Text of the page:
Elly Pepper / NRDC & Daniel Stiles / Natural Resources Defense Council – 2016-12-31 14:57:01
Game Changer for Elephants: China to Ban Ivory Trade by End of 2017
Elly Pepper / Natural Resources Defense Council
(December 30, 2016) — In what may be the biggest sign of hope for elephants since the current poaching crisis began, the Chinese government, today, announced a one-year timeline for its promised domestic ivory ban. According to the notice, China will begin phasing out registered legal ivory processors and traders by March 31, 2017 and shut down its legal commercial ivory trade completely by December 31, 2017.
Today’s announcement comes as a result of the Chinese government’s promise to end its ivory market in early 2015 and commitment to deliver a timeline for its ivory ban by the end of the year at the 2016 US-China Strategic and Economic (S&ED).
Demand for elephant ivory has skyrocketed in recent years, spurring poaching levels that are driving elephants towards extinction. And ending the legal ivory trade in China — the world’s largest consumer of elephant ivory — is critical to saving the species. Indeed, as we’ve seen in the US, legal ivory markets only perpetuate the illegal market.
According to today’s announcement, after the market closes, the Chinese Ministry of Culture will help transition ivory sector employees to other livelihoods. For example, famous “master carvers” will be encouraged to work in museums and other entities to repair and maintain ivory works of significant artistic and cultural value. The Chinese government will also strengthen the management of legally-possessed ivory products.
For example, ivory products will only be displayed in museums and art galleries for non-commercial purposes or exhibition. China will still allow ivory to be gifted and inherited. Finally, China’s Forestry Department and Police, Customs, and Market Control Department will ramp up enforcement and education to prevent illegal processing, selling, and transporting of ivory. This will involve market investigations and inspections and shutting down both physical and online illegal ivory-trading channels. It will also entail educating the public about the importance of rejecting ivory and ivory products.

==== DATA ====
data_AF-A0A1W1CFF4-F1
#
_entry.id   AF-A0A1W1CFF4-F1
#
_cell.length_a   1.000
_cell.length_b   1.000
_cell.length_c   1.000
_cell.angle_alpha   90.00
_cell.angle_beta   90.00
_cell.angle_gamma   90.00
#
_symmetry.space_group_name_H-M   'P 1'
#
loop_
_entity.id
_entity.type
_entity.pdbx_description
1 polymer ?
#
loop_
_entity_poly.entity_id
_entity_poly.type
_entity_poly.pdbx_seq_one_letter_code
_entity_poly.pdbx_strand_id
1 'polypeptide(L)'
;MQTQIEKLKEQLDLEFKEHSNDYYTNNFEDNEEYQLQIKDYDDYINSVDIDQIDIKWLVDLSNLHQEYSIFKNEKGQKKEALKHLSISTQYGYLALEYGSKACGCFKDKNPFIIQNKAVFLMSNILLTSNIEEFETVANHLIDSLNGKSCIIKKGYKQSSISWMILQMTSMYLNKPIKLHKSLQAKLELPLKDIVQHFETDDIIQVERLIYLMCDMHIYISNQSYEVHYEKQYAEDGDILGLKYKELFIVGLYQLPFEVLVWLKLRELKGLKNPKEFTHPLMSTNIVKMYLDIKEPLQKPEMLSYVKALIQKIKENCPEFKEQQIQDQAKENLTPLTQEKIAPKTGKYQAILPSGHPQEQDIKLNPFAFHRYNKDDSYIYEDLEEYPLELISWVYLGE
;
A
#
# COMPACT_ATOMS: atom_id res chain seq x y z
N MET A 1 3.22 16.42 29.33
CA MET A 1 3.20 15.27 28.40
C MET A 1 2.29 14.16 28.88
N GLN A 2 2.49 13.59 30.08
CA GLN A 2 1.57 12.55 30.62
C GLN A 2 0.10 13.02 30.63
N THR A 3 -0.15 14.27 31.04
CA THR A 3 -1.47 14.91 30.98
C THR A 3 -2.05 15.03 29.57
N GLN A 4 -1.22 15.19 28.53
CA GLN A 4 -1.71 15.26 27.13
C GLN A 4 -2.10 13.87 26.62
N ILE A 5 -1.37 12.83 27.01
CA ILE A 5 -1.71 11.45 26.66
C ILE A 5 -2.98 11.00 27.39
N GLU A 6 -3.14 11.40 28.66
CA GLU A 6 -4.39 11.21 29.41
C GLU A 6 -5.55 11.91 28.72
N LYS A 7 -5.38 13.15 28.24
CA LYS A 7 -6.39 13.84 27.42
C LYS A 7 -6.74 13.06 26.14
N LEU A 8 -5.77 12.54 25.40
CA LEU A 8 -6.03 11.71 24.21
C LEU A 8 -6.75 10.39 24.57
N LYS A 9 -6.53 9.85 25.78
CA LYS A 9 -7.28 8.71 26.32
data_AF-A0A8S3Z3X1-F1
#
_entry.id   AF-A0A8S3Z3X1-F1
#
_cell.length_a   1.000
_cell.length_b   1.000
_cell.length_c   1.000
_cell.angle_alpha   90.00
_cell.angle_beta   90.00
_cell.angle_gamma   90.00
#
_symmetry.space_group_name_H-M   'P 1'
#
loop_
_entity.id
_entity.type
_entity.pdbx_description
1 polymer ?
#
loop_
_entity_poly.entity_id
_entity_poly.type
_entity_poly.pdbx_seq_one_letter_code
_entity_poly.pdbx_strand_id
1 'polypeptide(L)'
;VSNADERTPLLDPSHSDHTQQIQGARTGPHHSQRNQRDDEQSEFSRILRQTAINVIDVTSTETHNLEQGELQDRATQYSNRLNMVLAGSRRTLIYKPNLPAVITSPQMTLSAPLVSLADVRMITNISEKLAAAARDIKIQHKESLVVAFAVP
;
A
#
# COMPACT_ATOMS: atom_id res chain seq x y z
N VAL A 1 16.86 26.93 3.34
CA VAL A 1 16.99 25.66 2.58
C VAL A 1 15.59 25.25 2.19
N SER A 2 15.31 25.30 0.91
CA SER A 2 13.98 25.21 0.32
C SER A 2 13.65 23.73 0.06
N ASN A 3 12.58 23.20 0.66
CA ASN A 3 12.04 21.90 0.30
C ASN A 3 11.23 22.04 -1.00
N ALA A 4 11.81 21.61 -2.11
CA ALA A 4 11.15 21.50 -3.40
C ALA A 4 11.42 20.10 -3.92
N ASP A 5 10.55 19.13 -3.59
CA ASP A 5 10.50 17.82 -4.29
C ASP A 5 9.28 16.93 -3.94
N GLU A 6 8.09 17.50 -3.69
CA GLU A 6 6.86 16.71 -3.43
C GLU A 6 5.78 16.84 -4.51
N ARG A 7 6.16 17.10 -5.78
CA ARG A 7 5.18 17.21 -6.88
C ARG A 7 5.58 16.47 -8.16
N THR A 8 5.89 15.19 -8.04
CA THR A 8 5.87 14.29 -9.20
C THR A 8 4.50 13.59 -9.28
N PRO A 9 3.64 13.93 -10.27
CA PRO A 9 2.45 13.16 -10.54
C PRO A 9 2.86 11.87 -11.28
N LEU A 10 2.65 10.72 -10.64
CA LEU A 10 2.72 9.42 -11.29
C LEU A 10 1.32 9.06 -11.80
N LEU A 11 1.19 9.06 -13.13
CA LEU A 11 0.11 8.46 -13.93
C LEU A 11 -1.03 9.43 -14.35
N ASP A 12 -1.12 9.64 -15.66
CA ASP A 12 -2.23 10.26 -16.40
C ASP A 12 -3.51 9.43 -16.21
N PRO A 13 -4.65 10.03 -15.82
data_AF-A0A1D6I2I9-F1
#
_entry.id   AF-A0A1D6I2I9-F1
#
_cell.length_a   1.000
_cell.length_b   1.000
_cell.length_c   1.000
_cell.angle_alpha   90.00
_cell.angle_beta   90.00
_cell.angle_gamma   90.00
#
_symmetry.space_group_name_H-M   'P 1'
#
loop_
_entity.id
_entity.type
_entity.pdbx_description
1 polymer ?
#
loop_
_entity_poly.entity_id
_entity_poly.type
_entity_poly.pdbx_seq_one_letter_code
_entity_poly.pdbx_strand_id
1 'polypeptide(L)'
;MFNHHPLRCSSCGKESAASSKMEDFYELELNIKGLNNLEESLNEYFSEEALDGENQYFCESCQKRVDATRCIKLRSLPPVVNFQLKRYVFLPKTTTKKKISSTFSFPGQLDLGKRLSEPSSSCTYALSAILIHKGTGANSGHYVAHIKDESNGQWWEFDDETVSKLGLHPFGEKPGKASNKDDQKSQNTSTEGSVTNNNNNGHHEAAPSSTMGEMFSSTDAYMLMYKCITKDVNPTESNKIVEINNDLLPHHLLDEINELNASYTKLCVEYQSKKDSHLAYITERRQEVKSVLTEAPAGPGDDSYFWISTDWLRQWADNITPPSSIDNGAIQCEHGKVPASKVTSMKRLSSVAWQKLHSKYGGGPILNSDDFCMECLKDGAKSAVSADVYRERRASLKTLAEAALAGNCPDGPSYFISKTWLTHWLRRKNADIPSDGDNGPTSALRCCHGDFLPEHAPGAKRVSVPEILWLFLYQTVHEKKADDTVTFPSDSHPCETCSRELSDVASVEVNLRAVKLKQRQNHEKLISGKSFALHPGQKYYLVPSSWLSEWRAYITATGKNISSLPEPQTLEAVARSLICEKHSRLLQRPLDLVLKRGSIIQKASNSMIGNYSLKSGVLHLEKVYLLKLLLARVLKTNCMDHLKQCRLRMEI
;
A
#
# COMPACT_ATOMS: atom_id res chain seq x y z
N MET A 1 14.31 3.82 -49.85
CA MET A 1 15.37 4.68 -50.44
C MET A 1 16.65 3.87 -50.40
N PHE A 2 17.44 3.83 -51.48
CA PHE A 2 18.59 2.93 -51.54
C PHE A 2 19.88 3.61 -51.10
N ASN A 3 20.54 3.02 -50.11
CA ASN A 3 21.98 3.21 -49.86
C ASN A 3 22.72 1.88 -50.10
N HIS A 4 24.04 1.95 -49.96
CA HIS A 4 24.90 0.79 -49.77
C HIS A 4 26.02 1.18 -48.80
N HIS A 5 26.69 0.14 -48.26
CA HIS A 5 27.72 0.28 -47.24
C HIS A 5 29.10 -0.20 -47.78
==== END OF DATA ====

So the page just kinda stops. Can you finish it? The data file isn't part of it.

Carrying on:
Now, it’s crucial other countries with domestic ivory markets, including the UK, follow China’s lead and shut them down. Even the US, which has largely closed its ivory market by banning the ivory trade at the federal level and in many states (e.g., HI, NY, OR, WA, NJ), can do more in the way of enforcement, while also helping other countries follow suit.
As recognized in resolutions agreed to by many countries and leading conservation experts at the IUCN World Conservation Congress and the Convention on International Trade in Endangered Species (CITES), domestic ivory bans are critical to stopping the poaching of elephants. And while China is one piece of the puzzle, all countries must work together to end the global ivory trade if we hope to bring elephants back from the brink.
Elephant Ivory Trafficking in California, USA
Daniel Stiles / Natural Resources Defense Council
Investigators comprehensively surveyed commercial vendors selling ivory in Los Angeles and San Francisco, California, which previous surveys identified as the US cities with the highest proportions of potentially illegal ivory pieces and the largest ivory markets overall, behind New York City. The data collection for this study was carried out between March 15 and April 11, 2014.
A total of over 1,250 ivory items offered for sale by 107 vendors was seen in California, with 777 items and 77 vendors in Los Angeles and well over 473 ivory items and 30 vendors in San Francisco. In Los Angeles, between 77% and 90% of the ivory seen was likely illegal under California law (i.e., post- 1977) and between 47% and 60% could have been illegal under federal law.